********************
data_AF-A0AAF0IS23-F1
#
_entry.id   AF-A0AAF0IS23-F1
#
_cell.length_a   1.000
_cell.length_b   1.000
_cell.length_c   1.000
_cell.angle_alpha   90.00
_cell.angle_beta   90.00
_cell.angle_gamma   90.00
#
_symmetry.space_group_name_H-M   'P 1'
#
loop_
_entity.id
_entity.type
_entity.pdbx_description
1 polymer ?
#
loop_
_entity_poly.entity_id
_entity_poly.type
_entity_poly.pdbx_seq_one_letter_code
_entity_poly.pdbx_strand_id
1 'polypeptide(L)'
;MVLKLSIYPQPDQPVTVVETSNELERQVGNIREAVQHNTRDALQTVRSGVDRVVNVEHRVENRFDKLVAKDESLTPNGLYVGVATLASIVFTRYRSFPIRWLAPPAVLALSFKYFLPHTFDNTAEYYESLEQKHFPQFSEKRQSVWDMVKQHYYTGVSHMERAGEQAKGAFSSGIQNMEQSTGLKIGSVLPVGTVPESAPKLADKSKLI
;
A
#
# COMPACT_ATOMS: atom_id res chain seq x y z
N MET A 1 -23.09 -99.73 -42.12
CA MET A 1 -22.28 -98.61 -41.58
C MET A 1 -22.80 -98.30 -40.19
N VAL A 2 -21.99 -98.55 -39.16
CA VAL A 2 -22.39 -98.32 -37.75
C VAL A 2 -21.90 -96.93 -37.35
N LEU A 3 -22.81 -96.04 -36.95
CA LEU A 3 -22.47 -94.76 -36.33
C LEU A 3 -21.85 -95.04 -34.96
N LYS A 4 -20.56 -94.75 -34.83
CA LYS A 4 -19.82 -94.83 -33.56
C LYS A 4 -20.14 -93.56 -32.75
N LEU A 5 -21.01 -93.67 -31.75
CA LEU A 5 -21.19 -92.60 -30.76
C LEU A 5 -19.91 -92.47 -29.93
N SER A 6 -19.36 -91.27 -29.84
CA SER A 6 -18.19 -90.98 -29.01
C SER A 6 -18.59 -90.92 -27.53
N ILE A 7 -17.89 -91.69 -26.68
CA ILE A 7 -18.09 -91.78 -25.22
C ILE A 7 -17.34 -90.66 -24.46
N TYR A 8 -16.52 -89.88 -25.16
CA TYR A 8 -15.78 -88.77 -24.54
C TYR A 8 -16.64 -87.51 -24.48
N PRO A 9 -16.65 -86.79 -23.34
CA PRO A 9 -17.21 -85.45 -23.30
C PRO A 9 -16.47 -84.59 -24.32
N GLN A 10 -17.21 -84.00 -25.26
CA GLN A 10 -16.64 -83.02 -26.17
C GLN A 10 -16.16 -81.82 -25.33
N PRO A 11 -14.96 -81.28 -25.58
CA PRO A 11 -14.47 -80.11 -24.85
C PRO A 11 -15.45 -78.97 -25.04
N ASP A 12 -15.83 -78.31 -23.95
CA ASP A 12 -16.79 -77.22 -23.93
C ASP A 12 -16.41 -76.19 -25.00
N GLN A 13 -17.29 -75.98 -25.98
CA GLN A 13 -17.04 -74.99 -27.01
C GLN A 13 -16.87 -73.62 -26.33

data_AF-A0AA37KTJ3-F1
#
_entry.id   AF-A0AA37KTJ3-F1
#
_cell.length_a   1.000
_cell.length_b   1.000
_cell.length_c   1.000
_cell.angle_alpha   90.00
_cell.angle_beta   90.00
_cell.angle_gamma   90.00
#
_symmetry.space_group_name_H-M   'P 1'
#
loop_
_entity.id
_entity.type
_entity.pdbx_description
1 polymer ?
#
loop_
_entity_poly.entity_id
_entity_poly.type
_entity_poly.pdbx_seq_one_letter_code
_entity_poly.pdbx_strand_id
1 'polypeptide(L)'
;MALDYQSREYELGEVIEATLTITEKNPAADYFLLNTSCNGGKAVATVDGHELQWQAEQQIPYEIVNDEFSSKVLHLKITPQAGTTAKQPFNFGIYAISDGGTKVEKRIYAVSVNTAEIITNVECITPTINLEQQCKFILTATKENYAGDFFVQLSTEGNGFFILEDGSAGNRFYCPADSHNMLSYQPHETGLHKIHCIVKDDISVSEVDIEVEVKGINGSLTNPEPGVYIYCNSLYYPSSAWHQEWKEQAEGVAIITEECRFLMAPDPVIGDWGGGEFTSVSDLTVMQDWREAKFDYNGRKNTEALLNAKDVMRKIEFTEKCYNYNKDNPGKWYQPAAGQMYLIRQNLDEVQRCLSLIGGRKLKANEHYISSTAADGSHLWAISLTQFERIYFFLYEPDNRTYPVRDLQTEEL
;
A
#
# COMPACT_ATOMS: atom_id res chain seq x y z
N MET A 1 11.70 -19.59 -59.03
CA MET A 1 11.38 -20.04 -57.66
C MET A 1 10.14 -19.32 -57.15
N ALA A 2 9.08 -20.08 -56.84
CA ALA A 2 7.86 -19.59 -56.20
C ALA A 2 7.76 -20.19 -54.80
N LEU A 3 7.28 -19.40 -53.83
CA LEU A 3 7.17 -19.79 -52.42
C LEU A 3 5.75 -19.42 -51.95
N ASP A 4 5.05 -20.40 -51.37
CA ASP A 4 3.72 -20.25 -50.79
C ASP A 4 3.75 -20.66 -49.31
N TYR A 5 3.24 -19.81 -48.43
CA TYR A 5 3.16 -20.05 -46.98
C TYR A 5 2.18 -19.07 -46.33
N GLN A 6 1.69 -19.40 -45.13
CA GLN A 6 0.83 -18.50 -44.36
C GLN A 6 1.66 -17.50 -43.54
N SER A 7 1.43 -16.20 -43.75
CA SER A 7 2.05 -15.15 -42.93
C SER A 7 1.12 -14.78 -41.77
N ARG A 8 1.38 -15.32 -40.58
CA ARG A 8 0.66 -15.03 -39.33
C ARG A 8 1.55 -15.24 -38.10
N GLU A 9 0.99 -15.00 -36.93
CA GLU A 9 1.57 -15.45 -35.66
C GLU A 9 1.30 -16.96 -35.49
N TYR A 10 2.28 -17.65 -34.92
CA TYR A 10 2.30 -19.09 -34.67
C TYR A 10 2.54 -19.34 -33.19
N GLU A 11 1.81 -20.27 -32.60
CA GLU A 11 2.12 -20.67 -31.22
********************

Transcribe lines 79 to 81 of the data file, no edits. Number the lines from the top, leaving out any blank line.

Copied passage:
_cell.angle_gamma   90.00
#
_symmetry.space_group_name_H-M   'P 1'